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Brazil (1985)

Footage courtesy of Twentieth Century Fox Film Corporation. All rights reserved.

Main image of Brazil (1985)
35mm, colour, 142 mins
DirectorTerry Gilliam
Production CompanyEmbassy International Pictures
ProducerArnon Milchan
ScreenplayTerry Gilliam, Tom Stoppard, Charles McKeown
PhotographyRoger Pratt
MusicMichael Kamen

Cast: Jonathan Pryce (Sam Lowry), Robert De Niro (Archibald 'Harry' Tuttle), Katherine Helmond (Mrs Ida Lowry), Ian Holm (Mr Kurtzmann), Bob Hoskins (Spoor), Michael Palin (Jack Lint)

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A bleak vision of a future where bureaucrats have the upper hand and 'miscreants' face torture. A man from the Ministry of Information pursues the girl of his dreams.

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Set in a totalitarian state 'somewhere in the twentieth century' but filmed in 1984, Terry Gilliam's masterpiece is a nightmarish fantasy indebted to the satiric films of Lindsay Anderson (especially Britannia Hospital, 1982), the novels of Franz Kafka, and of course to George Orwell's 'Nineteen Eighty-Four (an especially resonant text as that year came around, and a more conventional film version of which was made by Michael Radford at the time).

Orwell famously settled on the title by inverting '48', the year he wrote the book. If Nineteen Eighty-Four comments on the present through the future, Brazil affects what Gilliam called 'retro-futurism' to satirise modern Britain. Design, props and wardrobe mix elements from the 1930s, Dick Barton raincoats and trilbys, through post-WWII ration-book austerity, 1950s Stalinist architecture, all the way up to computers built on to electric typewriters.

This being Britain, the future, or alternate reality, Gilliam envisages in Brazil doesn't quite work. The rampant technology which bursts out of every corner of the screen is cobbled together from old bits and pieces which don't quite fit. The state apparatus is the same. The Ministry of Information may be omniscient and even omnipotent, but it's definitely not infallible, as poor Buttle discovers when he's arrested on the strength of a misprint. In this nightmare of bureaucracy run mad, Gilliam's hero is Sam Lowry (Jonathan Pryce), a clerk intelligent enough to work the system, but who prefers to keep his head down and dream. Timid and complacent, Lowry is a more compromised figure than most of Gilliam's imaginative heroes - like Munchausen in The Adventures of Baron Munchausen (1988), or Cole (Bruce Willis) in 12 Monkeys (US, 1995). The film's true hero is the subversive guerilla plumber Tuttle, played with aplomb by Robert De Niro.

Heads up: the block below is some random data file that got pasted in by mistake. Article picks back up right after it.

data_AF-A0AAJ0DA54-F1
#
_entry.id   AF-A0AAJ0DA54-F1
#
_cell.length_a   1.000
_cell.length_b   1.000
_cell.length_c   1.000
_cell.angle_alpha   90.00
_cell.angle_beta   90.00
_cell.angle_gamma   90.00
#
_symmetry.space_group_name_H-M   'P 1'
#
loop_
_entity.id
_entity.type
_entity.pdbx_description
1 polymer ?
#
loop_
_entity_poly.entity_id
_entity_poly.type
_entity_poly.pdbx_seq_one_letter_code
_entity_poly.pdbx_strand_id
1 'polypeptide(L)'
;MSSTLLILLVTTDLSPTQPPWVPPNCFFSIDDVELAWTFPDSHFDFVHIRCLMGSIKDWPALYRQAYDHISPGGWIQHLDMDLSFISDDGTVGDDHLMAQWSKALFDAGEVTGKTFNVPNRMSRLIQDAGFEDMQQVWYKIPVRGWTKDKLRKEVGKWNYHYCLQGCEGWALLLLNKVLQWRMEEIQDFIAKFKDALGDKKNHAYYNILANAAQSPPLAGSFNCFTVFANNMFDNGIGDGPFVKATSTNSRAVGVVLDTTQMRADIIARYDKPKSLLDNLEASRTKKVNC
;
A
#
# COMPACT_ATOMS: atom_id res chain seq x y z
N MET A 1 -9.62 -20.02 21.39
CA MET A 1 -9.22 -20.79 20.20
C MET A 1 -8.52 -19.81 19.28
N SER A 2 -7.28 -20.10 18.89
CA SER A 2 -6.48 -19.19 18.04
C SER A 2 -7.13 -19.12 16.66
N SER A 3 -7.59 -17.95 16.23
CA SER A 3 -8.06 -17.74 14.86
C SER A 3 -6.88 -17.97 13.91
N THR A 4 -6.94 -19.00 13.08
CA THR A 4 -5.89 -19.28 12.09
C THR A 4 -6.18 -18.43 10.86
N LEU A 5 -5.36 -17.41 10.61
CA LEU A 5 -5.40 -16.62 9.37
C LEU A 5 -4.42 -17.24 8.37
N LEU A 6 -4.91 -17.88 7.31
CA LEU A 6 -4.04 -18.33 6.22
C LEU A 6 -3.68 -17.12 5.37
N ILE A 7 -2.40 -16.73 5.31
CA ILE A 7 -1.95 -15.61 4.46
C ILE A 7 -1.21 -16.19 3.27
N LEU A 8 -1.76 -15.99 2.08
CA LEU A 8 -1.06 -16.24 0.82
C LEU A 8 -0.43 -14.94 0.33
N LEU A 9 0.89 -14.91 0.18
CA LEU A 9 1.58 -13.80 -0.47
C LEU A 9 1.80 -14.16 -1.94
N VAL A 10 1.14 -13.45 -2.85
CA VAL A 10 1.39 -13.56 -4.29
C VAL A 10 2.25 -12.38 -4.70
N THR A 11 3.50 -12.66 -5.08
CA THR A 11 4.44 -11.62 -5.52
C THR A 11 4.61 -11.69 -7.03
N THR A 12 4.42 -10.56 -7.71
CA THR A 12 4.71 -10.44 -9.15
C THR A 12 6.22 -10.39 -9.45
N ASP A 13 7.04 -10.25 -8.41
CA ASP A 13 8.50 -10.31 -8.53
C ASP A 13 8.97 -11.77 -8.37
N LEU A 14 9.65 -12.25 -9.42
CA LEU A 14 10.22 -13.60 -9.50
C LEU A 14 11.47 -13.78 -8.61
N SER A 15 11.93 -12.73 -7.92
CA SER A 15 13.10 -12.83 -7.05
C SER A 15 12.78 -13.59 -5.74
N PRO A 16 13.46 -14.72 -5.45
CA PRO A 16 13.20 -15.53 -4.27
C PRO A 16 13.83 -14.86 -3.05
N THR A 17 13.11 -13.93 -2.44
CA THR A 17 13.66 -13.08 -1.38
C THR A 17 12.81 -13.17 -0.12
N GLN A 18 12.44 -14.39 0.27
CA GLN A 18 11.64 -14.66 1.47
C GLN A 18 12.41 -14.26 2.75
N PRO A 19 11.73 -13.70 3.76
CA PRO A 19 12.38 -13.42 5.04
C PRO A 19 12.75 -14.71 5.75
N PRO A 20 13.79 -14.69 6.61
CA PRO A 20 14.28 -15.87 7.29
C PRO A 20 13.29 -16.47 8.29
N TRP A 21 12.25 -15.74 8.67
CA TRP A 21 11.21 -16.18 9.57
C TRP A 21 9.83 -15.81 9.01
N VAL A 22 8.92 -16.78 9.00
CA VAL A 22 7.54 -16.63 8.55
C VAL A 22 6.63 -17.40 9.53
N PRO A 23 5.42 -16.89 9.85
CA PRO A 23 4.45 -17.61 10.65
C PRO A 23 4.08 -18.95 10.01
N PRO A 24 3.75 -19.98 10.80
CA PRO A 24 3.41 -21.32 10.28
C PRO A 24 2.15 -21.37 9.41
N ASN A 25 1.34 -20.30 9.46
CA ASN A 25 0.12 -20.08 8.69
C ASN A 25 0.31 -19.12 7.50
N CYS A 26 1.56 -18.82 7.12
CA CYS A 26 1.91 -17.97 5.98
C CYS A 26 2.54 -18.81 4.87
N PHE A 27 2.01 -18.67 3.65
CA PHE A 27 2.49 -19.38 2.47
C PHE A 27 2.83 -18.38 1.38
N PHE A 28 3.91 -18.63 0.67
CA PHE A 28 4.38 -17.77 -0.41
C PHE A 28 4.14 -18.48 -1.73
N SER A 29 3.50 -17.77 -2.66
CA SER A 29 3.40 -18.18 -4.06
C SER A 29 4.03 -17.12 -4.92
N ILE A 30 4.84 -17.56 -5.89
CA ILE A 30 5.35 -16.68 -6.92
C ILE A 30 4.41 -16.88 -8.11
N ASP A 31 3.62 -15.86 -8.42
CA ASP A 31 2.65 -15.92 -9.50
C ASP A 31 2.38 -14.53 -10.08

Produced for $15 million, the film was distributed by Twentieth Century Fox in a 143 minute cut everywhere except the US, where Universal held the rights - and where studio boss Sidney Sheinberg prepared his own 94 minute version, complete with a happy ending. With the film-makers and the studio at loggerheads, Gilliam eventually went public, taking out a full page advertisement in Variety reading "Dear Sid Sheinberg, when are you going to release my movie Brazil? Terry Gilliam". The strategy worked, although the compromise 132 minute US version failed to take off at the box office. Nevertheless the reputation of this dark, glittering work continues to grow.

Tom Charity

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Video Clips
Nineteen Eighty-Four (1954)
Gilliam, Terry (1940-)
Holm, Sir Ian (1931-)
Hoskins, Bob (1942-)
Palin, Michael (1943-)
Pryce, Jonathan (1947-)
Stoppard, Tom (1937-)
Vaughan, Peter (1923-)